The Right to Fly a Drone Commercially

The FAA Proposed Part 107 is coming: the right to fly a drone commercially without a Pilot’s License.

Many unmanned aerial vehicle (UAV) owners want to fly their drones commercially but so far the only way to do so in the USA under FAA regulations requires a pilot’s license and secondly a 333 exemption.

[New introductory video for Phantom Knowledge]

The FAA has been working for over a year on a new set of rules (called Part 107) for flying commercially.  From what we know from the Summary of Major Provisions of Proposed Part 107: the certification will allow people to fly their drones without an airworthiness test and will not require a pilot’s license.  The UAV must be under 55 lbs., in line of sight, not to fly over people, day-time-only flights, maximum altitude of 500 ft. and have a maximum speed of 100 mph.  Operators will be required to pass an aeronautical knowledge test every 24 months, be vetted by the Transportation Security Administration, preform pre-flight inspections and report any accidents to the FAA within 10 days of an accident.  There are rumors that the Part 107 rules will be finalized by June, 2016.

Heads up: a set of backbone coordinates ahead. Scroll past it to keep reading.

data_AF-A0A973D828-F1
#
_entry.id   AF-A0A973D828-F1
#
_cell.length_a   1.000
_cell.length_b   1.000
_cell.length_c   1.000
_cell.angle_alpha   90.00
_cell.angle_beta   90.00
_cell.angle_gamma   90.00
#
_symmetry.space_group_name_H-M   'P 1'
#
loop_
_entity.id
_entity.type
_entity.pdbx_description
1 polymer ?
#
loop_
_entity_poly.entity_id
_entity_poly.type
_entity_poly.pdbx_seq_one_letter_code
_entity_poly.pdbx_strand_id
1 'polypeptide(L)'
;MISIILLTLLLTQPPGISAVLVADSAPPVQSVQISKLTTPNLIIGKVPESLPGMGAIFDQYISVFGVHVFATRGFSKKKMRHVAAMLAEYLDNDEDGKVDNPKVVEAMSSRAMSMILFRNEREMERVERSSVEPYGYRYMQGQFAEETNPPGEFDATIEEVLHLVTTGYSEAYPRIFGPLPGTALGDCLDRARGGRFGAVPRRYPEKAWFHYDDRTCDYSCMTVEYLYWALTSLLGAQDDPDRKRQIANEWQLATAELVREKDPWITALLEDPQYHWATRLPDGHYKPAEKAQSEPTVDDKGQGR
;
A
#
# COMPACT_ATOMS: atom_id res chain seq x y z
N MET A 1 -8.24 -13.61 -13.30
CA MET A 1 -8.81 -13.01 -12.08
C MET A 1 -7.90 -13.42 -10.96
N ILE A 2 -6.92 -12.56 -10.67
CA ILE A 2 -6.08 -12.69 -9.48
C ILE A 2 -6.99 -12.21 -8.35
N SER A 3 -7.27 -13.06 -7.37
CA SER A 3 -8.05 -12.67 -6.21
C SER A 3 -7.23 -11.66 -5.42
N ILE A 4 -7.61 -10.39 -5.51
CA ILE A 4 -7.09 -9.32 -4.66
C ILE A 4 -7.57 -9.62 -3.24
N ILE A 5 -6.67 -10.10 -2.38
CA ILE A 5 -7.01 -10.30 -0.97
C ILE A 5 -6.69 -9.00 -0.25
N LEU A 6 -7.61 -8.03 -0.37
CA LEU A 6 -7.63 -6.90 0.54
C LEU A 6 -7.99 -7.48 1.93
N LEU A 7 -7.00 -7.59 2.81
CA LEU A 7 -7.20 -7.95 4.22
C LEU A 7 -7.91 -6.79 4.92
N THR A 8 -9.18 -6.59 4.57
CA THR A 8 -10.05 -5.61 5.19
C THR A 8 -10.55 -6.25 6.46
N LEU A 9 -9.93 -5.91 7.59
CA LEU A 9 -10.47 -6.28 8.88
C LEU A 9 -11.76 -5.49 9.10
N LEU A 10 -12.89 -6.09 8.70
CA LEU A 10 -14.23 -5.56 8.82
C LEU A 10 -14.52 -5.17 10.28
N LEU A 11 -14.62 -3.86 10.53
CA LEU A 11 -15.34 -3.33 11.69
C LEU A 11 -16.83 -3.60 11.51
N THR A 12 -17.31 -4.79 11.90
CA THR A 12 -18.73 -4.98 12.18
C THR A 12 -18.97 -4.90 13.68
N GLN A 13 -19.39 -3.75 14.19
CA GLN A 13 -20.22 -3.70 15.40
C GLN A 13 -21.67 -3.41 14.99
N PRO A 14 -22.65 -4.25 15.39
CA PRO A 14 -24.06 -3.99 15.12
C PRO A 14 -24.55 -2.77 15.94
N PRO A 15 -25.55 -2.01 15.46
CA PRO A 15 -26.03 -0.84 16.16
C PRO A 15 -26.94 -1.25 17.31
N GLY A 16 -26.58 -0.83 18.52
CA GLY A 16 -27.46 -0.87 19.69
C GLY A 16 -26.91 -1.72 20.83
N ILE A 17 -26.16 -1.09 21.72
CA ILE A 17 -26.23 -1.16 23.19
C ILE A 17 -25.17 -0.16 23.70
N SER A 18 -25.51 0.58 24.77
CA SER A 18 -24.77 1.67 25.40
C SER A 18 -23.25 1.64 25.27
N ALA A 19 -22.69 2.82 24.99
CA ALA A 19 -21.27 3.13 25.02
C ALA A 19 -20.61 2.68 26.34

New businesses are cropping up which help drone pilots connect with customers.   The people at are developing a database of clients around the USA who want high quality photos or video from drones.  DroneBase matches their clients with drone operators who have applied to be a DroneBase pilot and have passed their exam.  Currently, DroneBase pilots must have an FAA 333 exemption to complete jobs for DroneBase.  Once the Part 107 goes through jobs will be main available to other pilots who have acquired the new certification.  DroneBase includes insurance for their clients, which for small business drone pilots is a very important factor.

All this is good news for those who want to fly commercially.  Some of the areas in which drone pilots can make money include:  wedding photography and videography, TV and film productions (B-roll footage), mapping services, crop management, travel destinations and the huge real estate market.